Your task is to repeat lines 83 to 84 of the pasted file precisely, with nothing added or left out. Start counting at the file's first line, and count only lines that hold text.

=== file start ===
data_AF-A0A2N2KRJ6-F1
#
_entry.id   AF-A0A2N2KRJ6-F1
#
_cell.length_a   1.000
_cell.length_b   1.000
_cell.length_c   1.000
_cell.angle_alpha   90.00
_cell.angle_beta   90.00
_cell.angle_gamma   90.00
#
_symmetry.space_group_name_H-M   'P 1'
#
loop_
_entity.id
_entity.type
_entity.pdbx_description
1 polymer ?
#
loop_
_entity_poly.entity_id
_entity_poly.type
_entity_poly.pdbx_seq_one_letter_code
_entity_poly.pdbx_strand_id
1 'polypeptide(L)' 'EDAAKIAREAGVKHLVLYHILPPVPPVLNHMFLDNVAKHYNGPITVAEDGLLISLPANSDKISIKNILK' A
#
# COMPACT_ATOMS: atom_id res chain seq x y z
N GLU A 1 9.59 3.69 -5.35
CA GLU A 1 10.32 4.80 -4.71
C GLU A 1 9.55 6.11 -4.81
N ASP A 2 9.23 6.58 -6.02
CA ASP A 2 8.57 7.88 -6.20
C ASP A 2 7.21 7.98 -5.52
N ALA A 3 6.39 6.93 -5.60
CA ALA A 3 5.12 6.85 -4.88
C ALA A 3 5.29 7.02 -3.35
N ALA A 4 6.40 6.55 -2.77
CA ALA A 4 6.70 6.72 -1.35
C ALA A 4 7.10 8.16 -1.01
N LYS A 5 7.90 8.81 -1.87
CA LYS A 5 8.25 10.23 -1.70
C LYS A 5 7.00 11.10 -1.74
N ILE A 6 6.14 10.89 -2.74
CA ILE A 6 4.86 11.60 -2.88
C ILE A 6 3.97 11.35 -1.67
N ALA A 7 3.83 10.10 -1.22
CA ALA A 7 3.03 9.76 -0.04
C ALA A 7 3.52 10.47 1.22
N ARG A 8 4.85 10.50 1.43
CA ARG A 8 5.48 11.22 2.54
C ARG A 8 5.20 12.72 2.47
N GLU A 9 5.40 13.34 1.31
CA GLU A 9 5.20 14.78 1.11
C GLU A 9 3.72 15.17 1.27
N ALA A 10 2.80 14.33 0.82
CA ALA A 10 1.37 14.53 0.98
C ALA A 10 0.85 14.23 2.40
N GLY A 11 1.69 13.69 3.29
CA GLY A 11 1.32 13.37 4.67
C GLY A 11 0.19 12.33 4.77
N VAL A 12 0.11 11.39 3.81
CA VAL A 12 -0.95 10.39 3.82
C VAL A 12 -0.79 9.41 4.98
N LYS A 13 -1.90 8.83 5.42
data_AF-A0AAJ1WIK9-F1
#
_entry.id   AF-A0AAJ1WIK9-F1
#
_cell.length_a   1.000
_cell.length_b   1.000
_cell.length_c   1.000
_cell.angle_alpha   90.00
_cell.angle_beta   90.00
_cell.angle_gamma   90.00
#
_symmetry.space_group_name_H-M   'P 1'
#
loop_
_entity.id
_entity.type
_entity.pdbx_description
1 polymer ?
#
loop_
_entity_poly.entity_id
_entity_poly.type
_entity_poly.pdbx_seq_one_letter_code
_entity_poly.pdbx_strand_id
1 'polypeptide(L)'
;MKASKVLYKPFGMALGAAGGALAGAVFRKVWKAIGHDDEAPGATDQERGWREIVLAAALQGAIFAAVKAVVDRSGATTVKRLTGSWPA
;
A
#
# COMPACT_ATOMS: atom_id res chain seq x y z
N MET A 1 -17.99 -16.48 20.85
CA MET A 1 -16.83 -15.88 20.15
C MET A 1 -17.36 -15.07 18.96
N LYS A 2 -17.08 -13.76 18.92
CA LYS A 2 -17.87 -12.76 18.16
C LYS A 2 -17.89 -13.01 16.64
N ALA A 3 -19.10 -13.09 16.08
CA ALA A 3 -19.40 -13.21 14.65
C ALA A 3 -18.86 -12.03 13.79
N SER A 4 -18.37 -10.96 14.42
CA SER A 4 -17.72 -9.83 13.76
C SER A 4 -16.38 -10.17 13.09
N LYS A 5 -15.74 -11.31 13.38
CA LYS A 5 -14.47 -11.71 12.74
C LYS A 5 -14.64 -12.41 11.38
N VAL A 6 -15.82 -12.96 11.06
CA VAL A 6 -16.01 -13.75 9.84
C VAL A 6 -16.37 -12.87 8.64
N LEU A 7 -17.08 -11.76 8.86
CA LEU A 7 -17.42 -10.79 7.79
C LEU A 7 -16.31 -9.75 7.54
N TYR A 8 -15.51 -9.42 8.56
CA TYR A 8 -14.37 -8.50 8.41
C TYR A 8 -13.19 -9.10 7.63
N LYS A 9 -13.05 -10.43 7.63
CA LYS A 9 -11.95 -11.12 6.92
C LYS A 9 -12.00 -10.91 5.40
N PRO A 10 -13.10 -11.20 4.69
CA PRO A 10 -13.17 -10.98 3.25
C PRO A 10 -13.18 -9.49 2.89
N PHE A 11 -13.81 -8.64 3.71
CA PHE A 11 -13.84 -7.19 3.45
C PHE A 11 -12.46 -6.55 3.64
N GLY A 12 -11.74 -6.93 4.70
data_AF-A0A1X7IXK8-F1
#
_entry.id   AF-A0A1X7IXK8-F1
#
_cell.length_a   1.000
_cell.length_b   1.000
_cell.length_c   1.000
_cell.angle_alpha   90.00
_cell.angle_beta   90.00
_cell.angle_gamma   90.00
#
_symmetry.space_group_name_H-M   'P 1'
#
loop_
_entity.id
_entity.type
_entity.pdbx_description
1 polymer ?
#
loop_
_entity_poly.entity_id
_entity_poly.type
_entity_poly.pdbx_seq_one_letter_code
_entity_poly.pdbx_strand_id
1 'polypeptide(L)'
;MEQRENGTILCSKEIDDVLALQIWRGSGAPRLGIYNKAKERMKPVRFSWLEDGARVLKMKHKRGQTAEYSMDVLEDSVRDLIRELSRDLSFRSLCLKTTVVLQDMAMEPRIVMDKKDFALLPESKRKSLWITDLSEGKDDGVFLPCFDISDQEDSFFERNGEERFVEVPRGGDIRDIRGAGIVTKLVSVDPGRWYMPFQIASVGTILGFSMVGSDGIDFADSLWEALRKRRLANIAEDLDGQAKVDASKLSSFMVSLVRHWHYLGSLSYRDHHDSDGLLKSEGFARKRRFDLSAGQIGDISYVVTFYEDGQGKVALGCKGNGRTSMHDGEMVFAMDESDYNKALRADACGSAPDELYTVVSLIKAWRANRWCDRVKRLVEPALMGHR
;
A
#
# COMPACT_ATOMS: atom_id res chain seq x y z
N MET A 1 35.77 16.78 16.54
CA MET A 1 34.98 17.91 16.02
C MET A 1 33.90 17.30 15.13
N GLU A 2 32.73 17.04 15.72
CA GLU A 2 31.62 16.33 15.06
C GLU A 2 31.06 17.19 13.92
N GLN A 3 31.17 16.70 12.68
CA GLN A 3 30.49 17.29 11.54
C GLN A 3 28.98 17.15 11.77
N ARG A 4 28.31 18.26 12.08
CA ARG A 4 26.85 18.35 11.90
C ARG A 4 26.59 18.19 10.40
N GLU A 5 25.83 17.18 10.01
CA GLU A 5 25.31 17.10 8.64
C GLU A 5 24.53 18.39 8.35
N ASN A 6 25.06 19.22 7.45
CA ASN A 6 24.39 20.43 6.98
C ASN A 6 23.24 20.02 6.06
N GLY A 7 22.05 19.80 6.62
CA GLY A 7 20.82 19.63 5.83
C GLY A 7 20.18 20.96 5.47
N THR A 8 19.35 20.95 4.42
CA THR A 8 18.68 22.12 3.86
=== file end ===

#
loop_